“Oh no, it’s ba-a-a-a-ack,” said Bobby, his massage fingers squeezing the persistent knot between Belle’s neck and shoulder.
“Argh,” Belle growled into the face cradle. “I’ve tried everything for that.”
“Don’t tighten up. Breathe. Breathe into that spot.” His thumb applied tons of pressure to it.
Hurt so good, she told herself, pulling air deeply into her lungs.
Tears filled her eyes. Damn, it hurt.
Breathe. Every month she was here on Bobby’s table. It helped.
Breathe. It helped with all the muscle strains of her nursing job at the hospital.
He eased up a bit.
“What a zinger,” she said.
“Same old trigger point in the belly of the muscle. I’ll work the ends of it.”
“Ahh,” she sighed, soaking up his smoother strokes.
“What have you tried on it?”
“A month of ibuprofen -”
“Tear up your intestines.”
“- hot castor oil packs -”
“Clear out toxins, good.”
“- eucalyptus rubs -”
“Won’t do enough.” He clamped it under his thumb again.
“Ow! And I worked the trigger point myself, tennis ball against the wall, like you said!”
“Whoops, don’t clench your jaws – that pulls on it.”
She sighed and let go with a whimper. “Head bone’s connected to the – neck bone.”
“You know it.” He held on a few more painful seconds.
“Ohh – this would be called exquisite pain – whoever made up that term.”
“Yeah, sorry about that.” He started rubbing around it.
She knew the routine: deep warm comforting strokes, sneaking up to those damn deep-tissue digs.
For the moment she lapped up the comfort.
Her mind drifted into sweet soft darkness, tinted purple.
“Last time I thought we mashed it out of there,” Bobby said softly, fingering the knob. “It keeps popping up. It’s been like – two years now?”
Inside her head Belle watched royal-purple shapes congeal, separate, drift.
She wanted to sleep.
With effort she mumbled, “I keep telling it to leave.”
“Gotta listen to it before it can leave.”
The plane of his forearm pressed firm and steady down the slope from neck to shoulder.
It felt delicious until – “whump” – the lump.
“It’s got a mind of its own,” said Bobby. “A stubborn personality.”
Belle saw the grumpy lump rising taller with a scowl on its face. “Next party, I’ll be two-headed. ‘Hey, have you met my lump?’”
Bobby snickered. “Does it talk or just leer at people?”
“It leers.” She tried to relax into the pain, but ouch!
“Most of the time it doesn’t bother me. Let’s forget it.”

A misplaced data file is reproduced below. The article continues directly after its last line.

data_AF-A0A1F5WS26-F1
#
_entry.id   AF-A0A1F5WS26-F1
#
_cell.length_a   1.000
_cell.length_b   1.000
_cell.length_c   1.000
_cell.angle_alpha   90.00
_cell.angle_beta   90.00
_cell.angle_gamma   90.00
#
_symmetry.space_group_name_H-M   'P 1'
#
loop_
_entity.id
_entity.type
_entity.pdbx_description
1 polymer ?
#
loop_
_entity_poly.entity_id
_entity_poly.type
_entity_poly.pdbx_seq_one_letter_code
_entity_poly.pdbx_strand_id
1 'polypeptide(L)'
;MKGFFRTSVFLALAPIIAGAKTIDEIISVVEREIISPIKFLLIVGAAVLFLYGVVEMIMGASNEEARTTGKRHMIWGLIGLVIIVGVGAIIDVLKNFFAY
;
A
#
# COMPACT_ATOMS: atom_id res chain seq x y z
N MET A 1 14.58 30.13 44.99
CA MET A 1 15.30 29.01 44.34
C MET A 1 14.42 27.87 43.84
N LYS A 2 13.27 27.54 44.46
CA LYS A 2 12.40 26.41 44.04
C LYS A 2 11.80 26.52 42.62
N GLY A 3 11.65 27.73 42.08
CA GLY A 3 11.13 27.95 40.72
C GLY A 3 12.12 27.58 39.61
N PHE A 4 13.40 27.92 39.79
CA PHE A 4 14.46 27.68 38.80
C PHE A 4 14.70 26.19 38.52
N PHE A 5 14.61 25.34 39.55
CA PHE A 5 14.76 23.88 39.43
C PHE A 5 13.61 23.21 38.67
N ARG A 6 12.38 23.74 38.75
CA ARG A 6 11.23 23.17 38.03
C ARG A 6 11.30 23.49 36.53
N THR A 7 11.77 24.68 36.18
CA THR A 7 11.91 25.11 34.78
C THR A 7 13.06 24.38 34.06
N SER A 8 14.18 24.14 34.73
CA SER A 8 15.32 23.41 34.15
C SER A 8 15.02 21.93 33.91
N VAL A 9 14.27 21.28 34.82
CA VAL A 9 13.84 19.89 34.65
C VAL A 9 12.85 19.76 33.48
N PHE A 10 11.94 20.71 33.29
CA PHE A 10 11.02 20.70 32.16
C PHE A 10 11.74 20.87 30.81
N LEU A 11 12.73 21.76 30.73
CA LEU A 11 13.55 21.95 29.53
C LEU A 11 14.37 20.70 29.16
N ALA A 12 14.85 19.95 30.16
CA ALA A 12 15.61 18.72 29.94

“I’ll do the other side awhile.” He kneaded her left shoulder and neck.
Gratefully wafting into comfort, Belle said slowly, “Yeah, forget that tough little sucker… I don’t know… They say shoulders carry burdens.”
“That little sucker is tough for a reason. It’s trying, but it’s too small to handle the weight.”
She drifted deeper into dark purple clouds, feeling cozy.
“So, what’s the burden?” he asked.
“Ahh ….” she muttered, wanting only sleep.
“What’s too heavy to carry?”
“Mmm …” Now she was Atlas holding the world on her shoulders. She crumpled underneath it, squished.
“It’s your right side, so maybe it relates to assertion or action.”
If she faked a snore, would he leave her alone?
“What’s too heavy to lift?” he prodded.
She saw yesterday’s extremely heavy patient – could barely turn him on his side. She couldn’t fix him.
Here came a long, long line of faces and bodies in hospital beds, parading through her mind.
All the people she couldn’t fix.
Hair-thin glossy wires ran from her shoulder to each sad patient.
They hung onto her, all of them.
Hundreds and hundreds of un-fixables pulled her down, down, down.
“My patients. I can’t fix them all.”
“Who said you had to fix them all? Let go of that belief.”
“Isn’t that the main idea, to repair them?”
“That’s the impossible idea. You can’t carry them all. That’s your lump, Sister.”
“Huh. I guess that rings a Belle.”
(Wink. Have you had a chronic spot in your body talking to you?
I sure have.
Thanks for indulging this creative flash fiction. – Diane)
(Thanks to Ximena Mora of Pexels for this shoulder image and Wikimedia Commons for the lump guy.)